If the client didn’t care about what you were presenting, or had no interest, they wouldn’t prompt your team with questions. Objections are an opportunity to both answer the specific query, but also to expand to the subtext of the question. This is an important point upon which to focus, particularly with technical people. A technical person can simply answer the question presented, but it’s critical for the more experienced salesperson to follow-up with another question, that of which gets to the core of what the prospect is asking. For example, if a prospect asks, “Why don’t you integrate with ABC software?” a technician will answer with the specific reason. The salesperson can then ask (on the prospect’s behalf), “Why have we built our existing integrations to work the way they have, and why could that make sense given their situation?” During the pre-meeting meeting, teach the technical people on your team why objections are a prospect showing his or her desire for knowledge, and not him or her saying, “No.”

2. Simple is best. 

“A confused mind will say no.” Technical people pride themselves on their prowess in their field, and rightfully so. Your prospects, however, only need the details they’re ready to understand. Encourage your technical people to practice succinctly explaining difficult concepts, and the best way to practice this is through a pre-pitch trial video call. Your now-expanded pitch team can easily do this together the day before the big meeting.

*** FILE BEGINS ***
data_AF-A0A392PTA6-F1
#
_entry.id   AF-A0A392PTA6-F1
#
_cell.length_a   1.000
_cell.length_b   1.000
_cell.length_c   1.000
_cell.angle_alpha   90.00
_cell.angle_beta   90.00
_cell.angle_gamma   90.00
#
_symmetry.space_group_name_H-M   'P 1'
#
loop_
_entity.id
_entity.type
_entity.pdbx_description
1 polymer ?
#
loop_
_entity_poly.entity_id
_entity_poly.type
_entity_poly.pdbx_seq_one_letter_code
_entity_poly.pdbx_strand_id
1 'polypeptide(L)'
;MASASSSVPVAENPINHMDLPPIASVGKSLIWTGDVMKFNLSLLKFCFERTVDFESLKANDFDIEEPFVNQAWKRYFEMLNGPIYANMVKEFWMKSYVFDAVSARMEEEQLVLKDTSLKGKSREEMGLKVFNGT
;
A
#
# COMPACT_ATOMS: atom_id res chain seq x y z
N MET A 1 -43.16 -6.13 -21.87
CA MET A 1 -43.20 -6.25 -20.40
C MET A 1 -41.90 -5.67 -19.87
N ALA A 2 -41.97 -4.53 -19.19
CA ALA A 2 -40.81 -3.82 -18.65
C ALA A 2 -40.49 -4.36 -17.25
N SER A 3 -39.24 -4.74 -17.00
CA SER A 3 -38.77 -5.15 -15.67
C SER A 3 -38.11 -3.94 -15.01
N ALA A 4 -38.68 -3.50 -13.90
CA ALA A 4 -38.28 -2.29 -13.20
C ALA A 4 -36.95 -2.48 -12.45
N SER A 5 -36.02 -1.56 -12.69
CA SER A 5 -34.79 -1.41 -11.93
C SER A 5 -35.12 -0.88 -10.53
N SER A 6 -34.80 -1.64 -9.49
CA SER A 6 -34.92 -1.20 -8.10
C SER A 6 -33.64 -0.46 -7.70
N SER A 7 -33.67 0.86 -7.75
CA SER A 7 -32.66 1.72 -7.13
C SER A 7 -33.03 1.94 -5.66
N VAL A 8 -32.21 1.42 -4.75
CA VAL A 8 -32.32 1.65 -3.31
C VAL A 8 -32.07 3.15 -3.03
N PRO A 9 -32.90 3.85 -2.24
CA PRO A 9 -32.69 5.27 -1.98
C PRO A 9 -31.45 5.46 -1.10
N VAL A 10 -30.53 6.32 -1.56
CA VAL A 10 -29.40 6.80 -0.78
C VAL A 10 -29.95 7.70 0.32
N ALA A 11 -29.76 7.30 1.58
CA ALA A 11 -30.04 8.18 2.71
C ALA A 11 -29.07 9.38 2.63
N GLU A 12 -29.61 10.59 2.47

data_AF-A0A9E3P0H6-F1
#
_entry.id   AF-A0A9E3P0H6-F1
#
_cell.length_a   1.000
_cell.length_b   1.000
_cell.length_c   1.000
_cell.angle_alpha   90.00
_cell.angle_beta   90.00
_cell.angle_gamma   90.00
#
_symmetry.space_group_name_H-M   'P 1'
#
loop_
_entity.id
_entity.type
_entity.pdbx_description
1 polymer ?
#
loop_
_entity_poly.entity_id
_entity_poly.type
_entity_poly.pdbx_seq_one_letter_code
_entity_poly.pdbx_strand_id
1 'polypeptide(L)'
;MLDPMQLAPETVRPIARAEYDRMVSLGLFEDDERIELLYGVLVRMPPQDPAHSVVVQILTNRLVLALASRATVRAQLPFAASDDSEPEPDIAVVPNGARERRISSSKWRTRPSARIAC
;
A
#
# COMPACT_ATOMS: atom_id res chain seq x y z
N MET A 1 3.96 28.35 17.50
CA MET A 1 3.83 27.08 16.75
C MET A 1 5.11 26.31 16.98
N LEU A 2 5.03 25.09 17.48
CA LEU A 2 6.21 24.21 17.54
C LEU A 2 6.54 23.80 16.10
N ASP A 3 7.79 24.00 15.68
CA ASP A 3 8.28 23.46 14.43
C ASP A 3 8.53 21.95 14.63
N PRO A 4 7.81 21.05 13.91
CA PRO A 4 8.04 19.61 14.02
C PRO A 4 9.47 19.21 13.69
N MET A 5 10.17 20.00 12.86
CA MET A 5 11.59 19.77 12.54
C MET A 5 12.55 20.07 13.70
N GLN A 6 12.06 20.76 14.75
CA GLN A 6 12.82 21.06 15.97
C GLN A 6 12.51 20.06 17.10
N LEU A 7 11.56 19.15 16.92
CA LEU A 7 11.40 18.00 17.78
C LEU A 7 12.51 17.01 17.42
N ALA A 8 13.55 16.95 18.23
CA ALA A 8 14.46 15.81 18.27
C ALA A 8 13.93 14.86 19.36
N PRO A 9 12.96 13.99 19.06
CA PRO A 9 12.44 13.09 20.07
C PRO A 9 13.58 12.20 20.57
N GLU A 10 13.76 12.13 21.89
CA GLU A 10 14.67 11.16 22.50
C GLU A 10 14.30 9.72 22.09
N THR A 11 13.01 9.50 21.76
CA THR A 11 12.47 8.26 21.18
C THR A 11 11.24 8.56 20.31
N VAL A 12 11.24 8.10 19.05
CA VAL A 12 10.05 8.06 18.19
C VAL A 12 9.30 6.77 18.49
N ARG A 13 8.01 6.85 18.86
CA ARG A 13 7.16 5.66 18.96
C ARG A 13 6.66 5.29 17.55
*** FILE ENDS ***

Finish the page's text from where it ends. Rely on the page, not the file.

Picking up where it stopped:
3. Everyone on the team is important.

Just because the junior people might not be expected to say anything, this doesn’t mean that will happen. A savvy prospect might “call on” one of the people from your group who hasn’t said anything with something as broad as, “What do you think?” Preparing your more inexperienced people with elevator pitch-worthy responses will pay off when queries like this come their way.

Spencer X Smith is the founder of AmpliPhi Social Media Strategies. He’s a former 401(k) wholesaler, and now teaches financial services professionals how to use social media for business development. This column originally appeared in the Winter issue of NAPA Net the Magazine.